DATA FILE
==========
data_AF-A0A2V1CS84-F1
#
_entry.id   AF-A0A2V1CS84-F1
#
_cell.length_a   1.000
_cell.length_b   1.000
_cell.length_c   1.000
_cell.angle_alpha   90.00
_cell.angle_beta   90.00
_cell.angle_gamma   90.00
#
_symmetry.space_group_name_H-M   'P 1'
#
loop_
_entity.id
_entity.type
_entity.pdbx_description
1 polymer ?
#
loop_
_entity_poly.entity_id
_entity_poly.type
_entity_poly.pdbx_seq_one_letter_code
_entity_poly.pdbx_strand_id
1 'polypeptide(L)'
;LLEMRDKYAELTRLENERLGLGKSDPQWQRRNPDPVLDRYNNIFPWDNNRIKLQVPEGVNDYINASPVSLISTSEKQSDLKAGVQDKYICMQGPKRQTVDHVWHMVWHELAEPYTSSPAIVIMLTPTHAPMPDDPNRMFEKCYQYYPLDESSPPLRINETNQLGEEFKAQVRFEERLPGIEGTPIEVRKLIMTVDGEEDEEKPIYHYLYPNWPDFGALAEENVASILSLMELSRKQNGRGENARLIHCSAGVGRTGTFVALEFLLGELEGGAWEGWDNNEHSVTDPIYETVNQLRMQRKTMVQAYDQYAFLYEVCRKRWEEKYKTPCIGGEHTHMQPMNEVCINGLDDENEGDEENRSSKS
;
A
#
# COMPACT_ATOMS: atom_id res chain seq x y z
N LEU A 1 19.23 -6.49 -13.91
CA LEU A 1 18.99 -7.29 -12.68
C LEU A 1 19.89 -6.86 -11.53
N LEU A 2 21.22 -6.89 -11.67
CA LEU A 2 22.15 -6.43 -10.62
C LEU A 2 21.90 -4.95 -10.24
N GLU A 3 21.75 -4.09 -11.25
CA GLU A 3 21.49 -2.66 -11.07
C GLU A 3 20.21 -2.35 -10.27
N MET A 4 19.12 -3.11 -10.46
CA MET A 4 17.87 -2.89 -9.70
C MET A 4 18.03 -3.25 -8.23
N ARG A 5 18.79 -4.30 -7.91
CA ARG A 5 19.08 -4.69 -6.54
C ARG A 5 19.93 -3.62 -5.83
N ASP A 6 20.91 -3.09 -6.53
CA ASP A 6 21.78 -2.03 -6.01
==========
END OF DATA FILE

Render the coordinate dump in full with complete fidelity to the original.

data_AF-A0A2V1CS84-F1
#
_entry.id   AF-A0A2V1CS84-F1
#
_cell.length_a   1.000
_cell.length_b   1.000
_cell.length_c   1.000
_cell.angle_alpha   90.00
_cell.angle_beta   90.00
_cell.angle_gamma   90.00
#
_symmetry.space_group_name_H-M   'P 1'
#
loop_
_entity.id
_entity.type
_entity.pdbx_description
1 polymer ?
#
loop_
_entity_poly.entity_id
_entity_poly.type
_entity_poly.pdbx_seq_one_letter_code
_entity_poly.pdbx_strand_id
1 'polypeptide(L)'
;LLEMRDKYAELTRLENERLGLGKSDPQWQRRNPDPVLDRYNNIFPWDNNRIKLQVPEGVNDYINASPVSLISTSEKQSDLKAGVQDKYICMQGPKRQTVDHVWHMVWHELAEPYTSSPAIVIMLTPTHAPMPDDPNRMFEKCYQYYPLDESSPPLRINETNQLGEEFKAQVRFEERLPGIEGTPIEVRKLIMTVDGEEDEEKPIYHYLYPNWPDFGALAEENVASILSLMELSRKQNGRGENARLIHCSAGVGRTGTFVALEFLLGELEGGAWEGWDNNEHSVTDPIYETVNQLRMQRKTMVQAYDQYAFLYEVCRKRWEEKYKTPCIGGEHTHMQPMNEVCINGLDDENEGDEENRSSKS
;
A
#
# COMPACT_ATOMS: atom_id res chain seq x y z
N LEU A 1 19.23 -6.49 -13.91
CA LEU A 1 18.99 -7.29 -12.68
C LEU A 1 19.89 -6.86 -11.53
N LEU A 2 21.22 -6.89 -11.67
CA LEU A 2 22.15 -6.43 -10.62
C LEU A 2 21.90 -4.95 -10.24
N GLU A 3 21.75 -4.09 -11.25
CA GLU A 3 21.49 -2.66 -11.07
C GLU A 3 20.21 -2.35 -10.27
N MET A 4 19.12 -3.11 -10.46
CA MET A 4 17.87 -2.89 -9.70
C MET A 4 18.03 -3.25 -8.23
N ARG A 5 18.79 -4.30 -7.91
CA ARG A 5 19.08 -4.69 -6.54
C ARG A 5 19.93 -3.62 -5.83
N ASP A 6 20.91 -3.09 -6.53
CA ASP A 6 21.78 -2.03 -6.01